The decision was unanimous and all members of the committee thought that the monograph's focus on seminal literary and political figures as a means of addressing liminality and the transnational context of nationalism offered an innovative way of understanding and reconsidering the 19th century in the Mediterranean. Most importantly, they all felt that Zanou’s work signals a path for Modern Greek and Mediterranean Studies today: it is a thoroughly researched monograph that draws on an impressive range of sources and takes Greece as a point of departure to address larger theoretical issues—and indeed it is a delight to read.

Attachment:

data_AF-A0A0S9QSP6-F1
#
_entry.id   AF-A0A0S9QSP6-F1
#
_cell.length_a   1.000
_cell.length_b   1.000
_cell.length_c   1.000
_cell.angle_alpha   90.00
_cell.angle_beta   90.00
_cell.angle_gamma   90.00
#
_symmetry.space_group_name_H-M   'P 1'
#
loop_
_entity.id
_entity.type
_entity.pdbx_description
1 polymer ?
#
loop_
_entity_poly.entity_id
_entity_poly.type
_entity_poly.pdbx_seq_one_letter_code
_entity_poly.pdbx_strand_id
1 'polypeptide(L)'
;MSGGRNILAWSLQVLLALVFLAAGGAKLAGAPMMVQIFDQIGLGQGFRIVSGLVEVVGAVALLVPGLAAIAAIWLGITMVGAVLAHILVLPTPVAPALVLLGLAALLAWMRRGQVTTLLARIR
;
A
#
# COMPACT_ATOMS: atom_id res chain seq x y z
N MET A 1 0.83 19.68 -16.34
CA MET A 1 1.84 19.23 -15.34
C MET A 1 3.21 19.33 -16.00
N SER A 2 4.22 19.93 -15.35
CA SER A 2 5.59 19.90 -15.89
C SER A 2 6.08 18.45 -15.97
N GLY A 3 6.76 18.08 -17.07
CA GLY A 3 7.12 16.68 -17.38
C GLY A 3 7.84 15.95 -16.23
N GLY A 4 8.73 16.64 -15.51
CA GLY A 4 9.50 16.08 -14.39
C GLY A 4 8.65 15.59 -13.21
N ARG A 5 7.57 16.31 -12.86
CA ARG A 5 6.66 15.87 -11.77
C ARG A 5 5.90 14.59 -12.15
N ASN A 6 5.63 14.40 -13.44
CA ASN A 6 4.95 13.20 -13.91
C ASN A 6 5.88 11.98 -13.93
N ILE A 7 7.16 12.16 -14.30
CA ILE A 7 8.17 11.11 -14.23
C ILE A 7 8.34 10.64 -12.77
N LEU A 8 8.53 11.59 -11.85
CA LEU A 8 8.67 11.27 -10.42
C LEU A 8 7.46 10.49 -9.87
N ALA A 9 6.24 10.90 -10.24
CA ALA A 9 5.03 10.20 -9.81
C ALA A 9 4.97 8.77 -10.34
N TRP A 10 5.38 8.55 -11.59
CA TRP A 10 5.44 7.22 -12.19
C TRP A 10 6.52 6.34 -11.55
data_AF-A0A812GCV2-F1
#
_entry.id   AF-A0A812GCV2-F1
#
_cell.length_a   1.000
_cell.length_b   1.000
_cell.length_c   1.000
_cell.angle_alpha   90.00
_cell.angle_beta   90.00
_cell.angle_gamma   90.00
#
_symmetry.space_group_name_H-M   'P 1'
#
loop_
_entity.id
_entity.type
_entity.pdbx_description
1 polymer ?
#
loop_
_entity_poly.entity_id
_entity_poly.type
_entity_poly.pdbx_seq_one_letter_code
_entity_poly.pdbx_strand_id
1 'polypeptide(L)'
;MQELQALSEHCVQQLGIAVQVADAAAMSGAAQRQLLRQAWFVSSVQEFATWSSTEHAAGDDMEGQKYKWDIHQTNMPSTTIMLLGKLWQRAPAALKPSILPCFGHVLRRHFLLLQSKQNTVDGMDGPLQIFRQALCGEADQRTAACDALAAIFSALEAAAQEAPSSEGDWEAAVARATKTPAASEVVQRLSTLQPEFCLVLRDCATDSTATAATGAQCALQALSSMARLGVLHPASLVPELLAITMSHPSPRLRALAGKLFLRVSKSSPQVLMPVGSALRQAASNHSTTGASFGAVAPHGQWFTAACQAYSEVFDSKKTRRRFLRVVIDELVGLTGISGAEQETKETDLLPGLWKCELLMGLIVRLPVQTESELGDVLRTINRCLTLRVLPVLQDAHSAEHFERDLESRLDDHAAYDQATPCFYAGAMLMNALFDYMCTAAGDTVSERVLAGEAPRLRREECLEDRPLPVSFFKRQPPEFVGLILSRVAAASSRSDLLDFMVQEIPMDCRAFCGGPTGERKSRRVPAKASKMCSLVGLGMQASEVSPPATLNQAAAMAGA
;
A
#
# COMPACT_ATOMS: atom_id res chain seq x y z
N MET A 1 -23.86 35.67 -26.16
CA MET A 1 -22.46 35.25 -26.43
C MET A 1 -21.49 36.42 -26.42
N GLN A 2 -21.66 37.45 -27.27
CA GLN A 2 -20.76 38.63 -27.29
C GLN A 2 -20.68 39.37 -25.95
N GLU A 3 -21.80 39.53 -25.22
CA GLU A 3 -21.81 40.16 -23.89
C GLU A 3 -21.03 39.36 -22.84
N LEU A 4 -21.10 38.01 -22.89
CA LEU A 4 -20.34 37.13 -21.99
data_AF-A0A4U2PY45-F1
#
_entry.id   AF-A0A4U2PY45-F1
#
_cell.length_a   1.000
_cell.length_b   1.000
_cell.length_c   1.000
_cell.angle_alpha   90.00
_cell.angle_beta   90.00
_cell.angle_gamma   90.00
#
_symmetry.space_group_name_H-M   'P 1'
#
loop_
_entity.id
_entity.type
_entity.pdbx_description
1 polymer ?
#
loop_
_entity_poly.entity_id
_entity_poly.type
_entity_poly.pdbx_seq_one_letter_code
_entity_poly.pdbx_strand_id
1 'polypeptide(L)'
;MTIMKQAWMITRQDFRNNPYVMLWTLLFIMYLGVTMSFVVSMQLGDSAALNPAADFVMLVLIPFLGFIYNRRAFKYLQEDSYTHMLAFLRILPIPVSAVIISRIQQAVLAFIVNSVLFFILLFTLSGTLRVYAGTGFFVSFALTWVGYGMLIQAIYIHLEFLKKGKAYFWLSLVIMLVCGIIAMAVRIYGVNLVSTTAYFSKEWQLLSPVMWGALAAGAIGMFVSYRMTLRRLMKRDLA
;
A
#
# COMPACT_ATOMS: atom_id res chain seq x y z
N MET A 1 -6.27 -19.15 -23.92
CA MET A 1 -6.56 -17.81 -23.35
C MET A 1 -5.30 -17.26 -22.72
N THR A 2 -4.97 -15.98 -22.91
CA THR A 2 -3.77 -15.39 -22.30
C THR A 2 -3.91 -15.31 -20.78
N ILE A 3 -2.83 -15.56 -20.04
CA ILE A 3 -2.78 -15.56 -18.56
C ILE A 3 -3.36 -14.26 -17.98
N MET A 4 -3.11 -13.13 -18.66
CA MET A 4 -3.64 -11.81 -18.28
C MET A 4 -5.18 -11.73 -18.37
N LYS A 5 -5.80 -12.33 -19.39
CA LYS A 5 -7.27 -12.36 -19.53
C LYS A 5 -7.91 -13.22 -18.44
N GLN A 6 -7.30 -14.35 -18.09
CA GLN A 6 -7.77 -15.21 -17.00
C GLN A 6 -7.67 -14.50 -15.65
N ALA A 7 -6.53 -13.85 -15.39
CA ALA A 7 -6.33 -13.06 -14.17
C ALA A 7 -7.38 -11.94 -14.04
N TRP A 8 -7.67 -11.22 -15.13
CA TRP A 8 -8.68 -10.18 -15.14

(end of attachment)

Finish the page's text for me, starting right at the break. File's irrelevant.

The monograph traces the process of transition from empires to nation-states, with particular attention to the emergent vocabularies that struggled to account for this new reality. By highlighting the porousness of a liminal intellectual moment, Zanou expertly recovers a crucial time in the history of the Mediterranean and sheds new light on seminal literary and political figures whose complex stories had to be posthumously reworked in order to fit into national narratives. Moving between microhistory and macrohistory, Transnational Patriotism carves out a space where individual histories, political landscapes, and their inscription upon language serve to interrogate the content of patriotism in the long 19th century.